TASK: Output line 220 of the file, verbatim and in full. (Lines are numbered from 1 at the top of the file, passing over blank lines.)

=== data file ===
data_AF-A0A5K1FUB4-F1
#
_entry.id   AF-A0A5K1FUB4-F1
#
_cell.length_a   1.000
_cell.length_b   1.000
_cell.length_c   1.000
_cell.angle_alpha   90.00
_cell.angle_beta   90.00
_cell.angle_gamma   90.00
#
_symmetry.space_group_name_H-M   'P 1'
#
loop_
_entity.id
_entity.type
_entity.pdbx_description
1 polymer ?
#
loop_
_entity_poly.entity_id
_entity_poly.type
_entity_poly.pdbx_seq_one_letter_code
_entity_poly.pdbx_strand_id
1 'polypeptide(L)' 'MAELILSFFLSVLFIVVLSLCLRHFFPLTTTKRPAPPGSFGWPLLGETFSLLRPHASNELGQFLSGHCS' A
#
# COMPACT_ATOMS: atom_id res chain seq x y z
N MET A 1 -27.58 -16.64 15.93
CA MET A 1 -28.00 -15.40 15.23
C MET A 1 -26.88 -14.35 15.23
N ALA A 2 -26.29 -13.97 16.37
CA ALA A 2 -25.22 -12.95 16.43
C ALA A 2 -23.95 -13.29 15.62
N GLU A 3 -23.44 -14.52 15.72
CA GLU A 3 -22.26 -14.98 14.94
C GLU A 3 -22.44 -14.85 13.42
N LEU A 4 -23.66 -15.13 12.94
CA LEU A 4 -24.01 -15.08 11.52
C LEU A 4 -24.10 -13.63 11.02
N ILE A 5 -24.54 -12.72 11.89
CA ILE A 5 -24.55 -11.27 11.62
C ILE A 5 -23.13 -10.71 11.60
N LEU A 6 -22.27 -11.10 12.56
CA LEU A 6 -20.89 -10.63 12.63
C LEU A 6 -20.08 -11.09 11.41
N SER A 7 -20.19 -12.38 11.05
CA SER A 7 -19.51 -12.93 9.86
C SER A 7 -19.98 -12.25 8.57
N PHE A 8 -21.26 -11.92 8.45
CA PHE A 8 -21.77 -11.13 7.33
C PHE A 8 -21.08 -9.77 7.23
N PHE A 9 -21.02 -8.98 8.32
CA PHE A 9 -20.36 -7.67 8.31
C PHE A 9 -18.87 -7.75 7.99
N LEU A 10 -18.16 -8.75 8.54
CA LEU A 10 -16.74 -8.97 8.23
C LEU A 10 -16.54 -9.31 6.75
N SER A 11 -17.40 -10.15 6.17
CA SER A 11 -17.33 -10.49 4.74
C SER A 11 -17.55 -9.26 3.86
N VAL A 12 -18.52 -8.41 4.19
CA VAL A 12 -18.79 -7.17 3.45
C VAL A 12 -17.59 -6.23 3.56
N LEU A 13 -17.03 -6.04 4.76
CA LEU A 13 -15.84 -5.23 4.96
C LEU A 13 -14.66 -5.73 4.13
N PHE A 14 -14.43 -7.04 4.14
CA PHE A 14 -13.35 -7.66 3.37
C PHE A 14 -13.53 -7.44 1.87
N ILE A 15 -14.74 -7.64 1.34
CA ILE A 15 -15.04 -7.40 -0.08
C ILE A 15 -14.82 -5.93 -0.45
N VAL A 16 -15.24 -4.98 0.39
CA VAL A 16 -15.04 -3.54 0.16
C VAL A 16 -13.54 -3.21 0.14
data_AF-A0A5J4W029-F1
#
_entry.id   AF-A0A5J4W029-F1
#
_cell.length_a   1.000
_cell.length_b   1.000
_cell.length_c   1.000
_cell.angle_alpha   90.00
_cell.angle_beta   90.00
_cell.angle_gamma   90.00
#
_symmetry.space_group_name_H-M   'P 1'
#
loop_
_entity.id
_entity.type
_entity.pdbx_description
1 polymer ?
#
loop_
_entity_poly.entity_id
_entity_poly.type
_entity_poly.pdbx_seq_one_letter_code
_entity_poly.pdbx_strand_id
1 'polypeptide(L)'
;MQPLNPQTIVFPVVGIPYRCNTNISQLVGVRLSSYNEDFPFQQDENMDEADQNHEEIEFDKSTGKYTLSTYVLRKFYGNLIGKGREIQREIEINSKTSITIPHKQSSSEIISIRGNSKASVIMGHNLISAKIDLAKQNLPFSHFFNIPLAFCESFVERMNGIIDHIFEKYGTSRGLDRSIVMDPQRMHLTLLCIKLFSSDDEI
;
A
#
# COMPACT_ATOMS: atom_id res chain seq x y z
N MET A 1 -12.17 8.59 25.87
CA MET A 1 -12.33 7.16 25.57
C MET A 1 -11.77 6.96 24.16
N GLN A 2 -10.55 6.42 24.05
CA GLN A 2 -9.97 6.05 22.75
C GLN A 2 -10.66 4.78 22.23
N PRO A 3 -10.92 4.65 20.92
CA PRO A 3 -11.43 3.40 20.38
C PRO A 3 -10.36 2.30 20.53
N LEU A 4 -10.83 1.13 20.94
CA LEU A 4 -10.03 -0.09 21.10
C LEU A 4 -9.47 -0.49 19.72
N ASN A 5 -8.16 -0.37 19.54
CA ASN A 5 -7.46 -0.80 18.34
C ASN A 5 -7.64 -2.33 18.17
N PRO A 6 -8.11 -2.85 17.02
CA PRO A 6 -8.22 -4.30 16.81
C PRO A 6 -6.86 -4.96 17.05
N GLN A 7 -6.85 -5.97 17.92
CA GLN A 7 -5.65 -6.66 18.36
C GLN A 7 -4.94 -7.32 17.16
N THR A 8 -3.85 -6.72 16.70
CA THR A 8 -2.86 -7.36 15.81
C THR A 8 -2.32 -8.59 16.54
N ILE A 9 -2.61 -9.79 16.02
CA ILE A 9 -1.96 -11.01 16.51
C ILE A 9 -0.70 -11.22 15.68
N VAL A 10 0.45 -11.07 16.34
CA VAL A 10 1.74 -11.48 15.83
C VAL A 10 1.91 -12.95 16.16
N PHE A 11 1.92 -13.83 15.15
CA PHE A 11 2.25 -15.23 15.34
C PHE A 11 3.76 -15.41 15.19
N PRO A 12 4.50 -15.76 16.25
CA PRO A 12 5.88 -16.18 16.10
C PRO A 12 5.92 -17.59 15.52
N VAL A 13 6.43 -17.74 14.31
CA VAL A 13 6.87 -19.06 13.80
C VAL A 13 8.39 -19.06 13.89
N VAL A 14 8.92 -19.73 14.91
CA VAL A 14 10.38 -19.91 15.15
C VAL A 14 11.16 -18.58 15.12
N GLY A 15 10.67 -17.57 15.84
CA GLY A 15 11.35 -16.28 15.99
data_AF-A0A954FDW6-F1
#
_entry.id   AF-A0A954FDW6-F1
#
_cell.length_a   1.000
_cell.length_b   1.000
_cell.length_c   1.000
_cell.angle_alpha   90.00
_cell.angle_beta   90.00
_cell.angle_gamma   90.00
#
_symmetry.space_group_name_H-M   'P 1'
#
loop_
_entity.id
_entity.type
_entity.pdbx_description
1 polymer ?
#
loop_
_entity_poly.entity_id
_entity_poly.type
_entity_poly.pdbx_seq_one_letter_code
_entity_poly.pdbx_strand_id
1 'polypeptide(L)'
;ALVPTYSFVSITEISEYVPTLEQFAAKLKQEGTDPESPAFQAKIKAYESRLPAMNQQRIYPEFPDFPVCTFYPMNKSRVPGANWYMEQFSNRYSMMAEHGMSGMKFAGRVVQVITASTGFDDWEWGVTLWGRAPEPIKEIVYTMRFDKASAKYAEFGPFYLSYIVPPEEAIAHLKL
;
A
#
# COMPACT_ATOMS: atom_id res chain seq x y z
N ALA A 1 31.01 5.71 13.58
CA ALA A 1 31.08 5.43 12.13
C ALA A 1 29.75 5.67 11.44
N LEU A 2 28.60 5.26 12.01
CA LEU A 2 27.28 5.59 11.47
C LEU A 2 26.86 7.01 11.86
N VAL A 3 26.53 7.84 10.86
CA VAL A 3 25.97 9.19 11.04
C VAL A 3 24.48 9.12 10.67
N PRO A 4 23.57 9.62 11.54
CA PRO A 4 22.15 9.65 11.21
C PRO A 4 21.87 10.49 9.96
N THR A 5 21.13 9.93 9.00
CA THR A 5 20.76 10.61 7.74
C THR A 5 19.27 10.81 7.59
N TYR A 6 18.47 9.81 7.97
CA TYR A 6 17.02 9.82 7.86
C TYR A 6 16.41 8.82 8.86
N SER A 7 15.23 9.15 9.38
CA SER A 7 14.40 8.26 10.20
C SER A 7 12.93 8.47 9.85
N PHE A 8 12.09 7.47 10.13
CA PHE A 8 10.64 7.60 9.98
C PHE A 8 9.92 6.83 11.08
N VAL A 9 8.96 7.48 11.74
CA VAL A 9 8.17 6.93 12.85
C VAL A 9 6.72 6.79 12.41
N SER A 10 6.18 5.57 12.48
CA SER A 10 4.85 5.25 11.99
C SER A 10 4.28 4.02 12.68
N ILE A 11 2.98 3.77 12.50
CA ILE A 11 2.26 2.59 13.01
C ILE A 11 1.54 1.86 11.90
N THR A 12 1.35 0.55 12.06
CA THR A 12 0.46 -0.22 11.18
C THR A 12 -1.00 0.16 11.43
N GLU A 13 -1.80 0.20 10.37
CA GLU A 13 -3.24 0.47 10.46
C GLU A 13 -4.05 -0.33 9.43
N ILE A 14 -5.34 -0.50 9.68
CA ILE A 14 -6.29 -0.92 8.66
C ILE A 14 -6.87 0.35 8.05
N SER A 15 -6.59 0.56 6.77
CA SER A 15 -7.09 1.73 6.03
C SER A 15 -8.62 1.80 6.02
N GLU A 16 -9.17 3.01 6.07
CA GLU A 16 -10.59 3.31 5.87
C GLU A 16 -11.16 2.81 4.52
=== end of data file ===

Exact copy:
CA ILE A 14 -6.29 -0.92 8.66